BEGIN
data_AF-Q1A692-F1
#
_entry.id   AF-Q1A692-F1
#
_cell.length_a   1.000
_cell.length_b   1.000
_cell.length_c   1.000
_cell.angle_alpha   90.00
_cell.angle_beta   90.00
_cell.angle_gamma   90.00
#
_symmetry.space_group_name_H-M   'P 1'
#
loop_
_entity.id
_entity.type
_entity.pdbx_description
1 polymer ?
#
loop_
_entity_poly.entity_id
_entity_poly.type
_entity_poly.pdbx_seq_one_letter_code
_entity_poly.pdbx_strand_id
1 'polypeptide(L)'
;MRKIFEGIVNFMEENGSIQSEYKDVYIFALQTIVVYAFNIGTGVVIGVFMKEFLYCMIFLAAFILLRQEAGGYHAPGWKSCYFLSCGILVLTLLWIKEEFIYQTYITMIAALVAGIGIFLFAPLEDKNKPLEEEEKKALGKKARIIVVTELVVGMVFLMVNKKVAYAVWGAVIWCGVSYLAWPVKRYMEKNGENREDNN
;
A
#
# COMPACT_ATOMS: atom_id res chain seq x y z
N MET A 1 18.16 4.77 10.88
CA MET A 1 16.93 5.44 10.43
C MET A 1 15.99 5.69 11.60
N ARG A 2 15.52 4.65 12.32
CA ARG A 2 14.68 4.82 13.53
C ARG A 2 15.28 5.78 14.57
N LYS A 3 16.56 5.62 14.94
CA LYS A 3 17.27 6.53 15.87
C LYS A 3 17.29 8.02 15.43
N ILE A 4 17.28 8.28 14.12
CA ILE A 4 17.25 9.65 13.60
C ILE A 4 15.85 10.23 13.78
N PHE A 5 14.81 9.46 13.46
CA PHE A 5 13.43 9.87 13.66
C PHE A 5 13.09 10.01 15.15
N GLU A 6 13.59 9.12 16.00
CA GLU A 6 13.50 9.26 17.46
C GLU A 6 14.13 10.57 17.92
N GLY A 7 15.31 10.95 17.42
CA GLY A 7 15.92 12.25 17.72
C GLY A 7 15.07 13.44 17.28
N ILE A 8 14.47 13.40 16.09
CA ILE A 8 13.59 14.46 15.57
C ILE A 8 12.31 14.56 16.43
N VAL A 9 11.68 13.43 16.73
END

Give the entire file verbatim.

data_AF-Q1A692-F1
#
_entry.id   AF-Q1A692-F1
#
_cell.length_a   1.000
_cell.length_b   1.000
_cell.length_c   1.000
_cell.angle_alpha   90.00
_cell.angle_beta   90.00
_cell.angle_gamma   90.00
#
_symmetry.space_group_name_H-M   'P 1'
#
loop_
_entity.id
_entity.type
_entity.pdbx_description
1 polymer ?
#
loop_
_entity_poly.entity_id
_entity_poly.type
_entity_poly.pdbx_seq_one_letter_code
_entity_poly.pdbx_strand_id
1 'polypeptide(L)'
;MRKIFEGIVNFMEENGSIQSEYKDVYIFALQTIVVYAFNIGTGVVIGVFMKEFLYCMIFLAAFILLRQEAGGYHAPGWKSCYFLSCGILVLTLLWIKEEFIYQTYITMIAALVAGIGIFLFAPLEDKNKPLEEEEKKALGKKARIIVVTELVVGMVFLMVNKKVAYAVWGAVIWCGVSYLAWPVKRYMEKNGENREDNN
;
A
#
# COMPACT_ATOMS: atom_id res chain seq x y z
N MET A 1 18.16 4.77 10.88
CA MET A 1 16.93 5.44 10.43
C MET A 1 15.99 5.69 11.60
N ARG A 2 15.52 4.65 12.32
CA ARG A 2 14.68 4.82 13.53
C ARG A 2 15.28 5.78 14.57
N LYS A 3 16.56 5.62 14.94
CA LYS A 3 17.27 6.53 15.87
C LYS A 3 17.29 8.02 15.43
N ILE A 4 17.28 8.28 14.12
CA ILE A 4 17.25 9.65 13.60
C ILE A 4 15.85 10.23 13.78
N PHE A 5 14.81 9.46 13.46
CA PHE A 5 13.43 9.87 13.66
C PHE A 5 13.09 10.01 15.15
N GLU A 6 13.59 9.12 16.00
CA GLU A 6 13.50 9.26 17.46
C GLU A 6 14.13 10.57 17.92
N GLY A 7 15.31 10.95 17.42
CA GLY A 7 15.92 12.25 17.72
C GLY A 7 15.07 13.44 17.28
N ILE A 8 14.47 13.40 16.09
CA ILE A 8 13.59 14.46 15.57
C ILE A 8 12.31 14.56 16.43
N VAL A 9 11.68 13.43 16.73